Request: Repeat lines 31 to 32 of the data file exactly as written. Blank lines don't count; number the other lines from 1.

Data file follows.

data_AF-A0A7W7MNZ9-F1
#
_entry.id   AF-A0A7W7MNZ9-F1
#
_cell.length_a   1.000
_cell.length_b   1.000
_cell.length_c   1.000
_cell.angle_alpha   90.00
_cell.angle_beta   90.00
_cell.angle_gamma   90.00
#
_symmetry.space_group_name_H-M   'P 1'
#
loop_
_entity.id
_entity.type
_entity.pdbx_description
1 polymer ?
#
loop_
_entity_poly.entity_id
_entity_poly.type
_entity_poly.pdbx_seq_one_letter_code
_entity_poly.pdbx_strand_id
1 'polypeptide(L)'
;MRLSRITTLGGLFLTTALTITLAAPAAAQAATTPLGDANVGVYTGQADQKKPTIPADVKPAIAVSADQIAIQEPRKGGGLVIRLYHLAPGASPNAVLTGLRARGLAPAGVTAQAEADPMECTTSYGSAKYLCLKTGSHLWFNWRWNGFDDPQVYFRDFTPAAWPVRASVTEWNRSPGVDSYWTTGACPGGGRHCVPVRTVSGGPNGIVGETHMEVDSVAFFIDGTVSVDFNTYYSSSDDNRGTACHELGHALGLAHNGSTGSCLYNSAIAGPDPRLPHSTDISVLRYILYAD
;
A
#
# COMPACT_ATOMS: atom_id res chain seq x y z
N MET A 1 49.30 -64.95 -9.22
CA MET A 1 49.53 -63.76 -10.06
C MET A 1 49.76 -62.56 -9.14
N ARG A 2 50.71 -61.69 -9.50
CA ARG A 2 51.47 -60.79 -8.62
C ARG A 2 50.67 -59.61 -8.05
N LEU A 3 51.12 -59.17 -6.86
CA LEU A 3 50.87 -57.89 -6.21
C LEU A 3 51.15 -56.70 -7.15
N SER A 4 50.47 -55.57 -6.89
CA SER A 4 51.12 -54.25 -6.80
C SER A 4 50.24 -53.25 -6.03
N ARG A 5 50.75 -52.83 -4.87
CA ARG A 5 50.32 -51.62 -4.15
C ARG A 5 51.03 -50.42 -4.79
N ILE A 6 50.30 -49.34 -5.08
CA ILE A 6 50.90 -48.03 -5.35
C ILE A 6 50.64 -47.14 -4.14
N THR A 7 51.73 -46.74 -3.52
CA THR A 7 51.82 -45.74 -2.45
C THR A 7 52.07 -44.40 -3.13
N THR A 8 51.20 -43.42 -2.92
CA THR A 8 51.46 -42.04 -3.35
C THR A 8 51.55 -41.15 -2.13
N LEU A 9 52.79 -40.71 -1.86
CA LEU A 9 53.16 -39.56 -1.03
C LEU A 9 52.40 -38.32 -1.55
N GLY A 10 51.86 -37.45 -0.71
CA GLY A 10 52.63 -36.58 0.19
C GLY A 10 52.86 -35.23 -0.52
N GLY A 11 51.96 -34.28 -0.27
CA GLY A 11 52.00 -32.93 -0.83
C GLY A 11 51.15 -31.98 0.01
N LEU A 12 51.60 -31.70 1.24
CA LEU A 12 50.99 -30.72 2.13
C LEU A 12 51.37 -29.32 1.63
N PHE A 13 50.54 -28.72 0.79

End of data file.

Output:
N MET A 1 49.30 -64.95 -9.22
CA MET A 1 49.53 -63.76 -10.06